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Date Created
  • 2013

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Simulating radial dendrite growth

Description

The formation of dendrites in materials is usually seen as a failure-inducing defect in devices. Naturally, most research views dendrites as a problem needing a solution while focusing on process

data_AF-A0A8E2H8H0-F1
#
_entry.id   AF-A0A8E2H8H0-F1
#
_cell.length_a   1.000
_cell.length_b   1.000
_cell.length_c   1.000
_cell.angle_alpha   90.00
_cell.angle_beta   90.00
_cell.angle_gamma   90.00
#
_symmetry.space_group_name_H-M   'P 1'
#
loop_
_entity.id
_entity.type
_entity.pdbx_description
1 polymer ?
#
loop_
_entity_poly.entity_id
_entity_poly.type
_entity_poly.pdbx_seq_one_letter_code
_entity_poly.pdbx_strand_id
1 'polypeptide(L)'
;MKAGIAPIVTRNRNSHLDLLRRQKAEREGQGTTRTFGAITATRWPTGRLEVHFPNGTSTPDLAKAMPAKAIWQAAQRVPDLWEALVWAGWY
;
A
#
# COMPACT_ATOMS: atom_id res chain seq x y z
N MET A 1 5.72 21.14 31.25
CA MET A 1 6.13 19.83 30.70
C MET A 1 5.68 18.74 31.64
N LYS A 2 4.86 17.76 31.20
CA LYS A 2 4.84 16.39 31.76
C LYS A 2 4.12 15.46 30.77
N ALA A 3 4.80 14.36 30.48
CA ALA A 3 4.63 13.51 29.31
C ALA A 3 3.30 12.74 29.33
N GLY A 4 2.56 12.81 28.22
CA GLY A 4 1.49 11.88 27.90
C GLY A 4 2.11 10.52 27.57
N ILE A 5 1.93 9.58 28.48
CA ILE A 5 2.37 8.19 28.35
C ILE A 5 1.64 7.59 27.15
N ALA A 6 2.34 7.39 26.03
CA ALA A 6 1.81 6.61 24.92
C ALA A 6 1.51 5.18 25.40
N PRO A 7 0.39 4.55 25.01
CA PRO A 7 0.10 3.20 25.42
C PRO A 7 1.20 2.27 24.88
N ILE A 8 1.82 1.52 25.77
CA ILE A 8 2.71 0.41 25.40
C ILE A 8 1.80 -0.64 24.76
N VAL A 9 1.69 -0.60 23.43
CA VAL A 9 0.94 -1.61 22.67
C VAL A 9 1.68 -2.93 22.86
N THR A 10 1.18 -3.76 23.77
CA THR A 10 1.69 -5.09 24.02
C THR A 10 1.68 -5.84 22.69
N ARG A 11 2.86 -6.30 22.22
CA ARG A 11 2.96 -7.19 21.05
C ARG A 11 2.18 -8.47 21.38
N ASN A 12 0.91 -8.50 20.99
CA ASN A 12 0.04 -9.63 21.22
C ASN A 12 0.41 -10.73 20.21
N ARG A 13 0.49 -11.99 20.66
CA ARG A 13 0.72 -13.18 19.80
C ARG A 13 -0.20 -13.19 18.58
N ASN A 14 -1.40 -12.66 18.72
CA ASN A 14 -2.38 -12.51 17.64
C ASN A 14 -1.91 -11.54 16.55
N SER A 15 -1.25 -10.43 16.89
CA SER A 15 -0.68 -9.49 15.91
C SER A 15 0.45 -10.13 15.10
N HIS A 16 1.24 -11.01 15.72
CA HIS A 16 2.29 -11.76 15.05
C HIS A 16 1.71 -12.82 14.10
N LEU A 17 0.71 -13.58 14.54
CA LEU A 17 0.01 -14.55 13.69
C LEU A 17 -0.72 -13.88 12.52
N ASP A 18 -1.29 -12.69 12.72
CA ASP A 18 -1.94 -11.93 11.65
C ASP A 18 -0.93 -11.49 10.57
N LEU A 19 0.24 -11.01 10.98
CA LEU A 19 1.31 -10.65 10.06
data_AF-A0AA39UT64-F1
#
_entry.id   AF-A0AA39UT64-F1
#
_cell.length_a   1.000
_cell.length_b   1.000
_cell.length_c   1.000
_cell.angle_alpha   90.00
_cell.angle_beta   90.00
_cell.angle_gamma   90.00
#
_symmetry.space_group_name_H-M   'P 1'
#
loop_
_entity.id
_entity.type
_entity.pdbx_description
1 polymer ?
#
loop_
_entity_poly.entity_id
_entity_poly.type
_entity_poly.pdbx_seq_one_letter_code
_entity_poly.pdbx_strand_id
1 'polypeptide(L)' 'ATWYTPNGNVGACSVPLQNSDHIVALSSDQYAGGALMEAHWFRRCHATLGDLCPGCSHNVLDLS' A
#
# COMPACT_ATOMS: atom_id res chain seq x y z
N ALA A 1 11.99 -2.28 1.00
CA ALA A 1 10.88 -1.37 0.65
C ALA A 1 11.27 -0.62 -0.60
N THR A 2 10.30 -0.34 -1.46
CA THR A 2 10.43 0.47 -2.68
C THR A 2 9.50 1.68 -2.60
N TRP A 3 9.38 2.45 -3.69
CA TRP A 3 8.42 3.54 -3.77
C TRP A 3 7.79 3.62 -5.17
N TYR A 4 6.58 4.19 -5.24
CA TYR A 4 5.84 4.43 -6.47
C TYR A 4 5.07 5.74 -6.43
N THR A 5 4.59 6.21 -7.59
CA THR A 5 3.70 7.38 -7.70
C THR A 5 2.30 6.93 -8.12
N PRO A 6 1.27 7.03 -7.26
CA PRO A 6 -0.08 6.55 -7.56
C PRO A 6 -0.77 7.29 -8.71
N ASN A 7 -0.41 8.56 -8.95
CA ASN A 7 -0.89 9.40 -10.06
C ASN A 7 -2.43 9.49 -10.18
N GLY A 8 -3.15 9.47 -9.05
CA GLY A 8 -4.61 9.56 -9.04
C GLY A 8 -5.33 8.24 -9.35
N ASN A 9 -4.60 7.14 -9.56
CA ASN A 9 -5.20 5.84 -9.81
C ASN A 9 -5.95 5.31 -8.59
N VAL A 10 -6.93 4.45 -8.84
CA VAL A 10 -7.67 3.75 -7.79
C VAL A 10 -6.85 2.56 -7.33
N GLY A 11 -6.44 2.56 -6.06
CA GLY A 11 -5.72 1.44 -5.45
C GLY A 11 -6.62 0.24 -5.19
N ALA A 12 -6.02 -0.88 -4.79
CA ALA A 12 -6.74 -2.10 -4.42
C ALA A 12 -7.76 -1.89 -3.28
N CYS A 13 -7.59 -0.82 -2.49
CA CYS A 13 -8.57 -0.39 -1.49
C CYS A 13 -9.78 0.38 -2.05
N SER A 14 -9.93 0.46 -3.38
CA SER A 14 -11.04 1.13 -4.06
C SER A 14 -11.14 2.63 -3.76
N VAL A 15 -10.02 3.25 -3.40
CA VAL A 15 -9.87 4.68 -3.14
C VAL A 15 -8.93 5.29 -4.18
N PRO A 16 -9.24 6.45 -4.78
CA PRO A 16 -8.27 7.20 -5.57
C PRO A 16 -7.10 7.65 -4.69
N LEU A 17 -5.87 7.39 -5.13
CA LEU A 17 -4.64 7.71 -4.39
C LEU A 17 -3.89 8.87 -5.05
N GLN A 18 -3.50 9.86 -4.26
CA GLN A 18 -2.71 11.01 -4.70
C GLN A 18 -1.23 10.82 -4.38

The formation of dendrites in materials is usually seen as a failure-inducing defect in devices. Naturally, most research views dendrites as a problem needing a solution while focusing on process control techniques and post-mortem analysis of various stress patterns with the ultimate goal of total suppression of the structures. However, programmable metallization cell (PMC) technology embraces dendrite formation in chalcogenide glasses by utilizing the nascent conductive filaments as its core operative element. Furthermore, exciting More-than-Moore capabilities in the realms of device watermarking and hardware encryption schema are made possible by the random nature of dendritic branch growth. While dendritic structures have been observed and are well-documented in solid state materials, there is still no satisfactory theoretical model that can provide insight and a better understanding of how dendrites form. Ultimately, what is desired is the capability to predict the final structure of the conductive filament in a PMC device so that exciting new applications can be developed with PMC technology.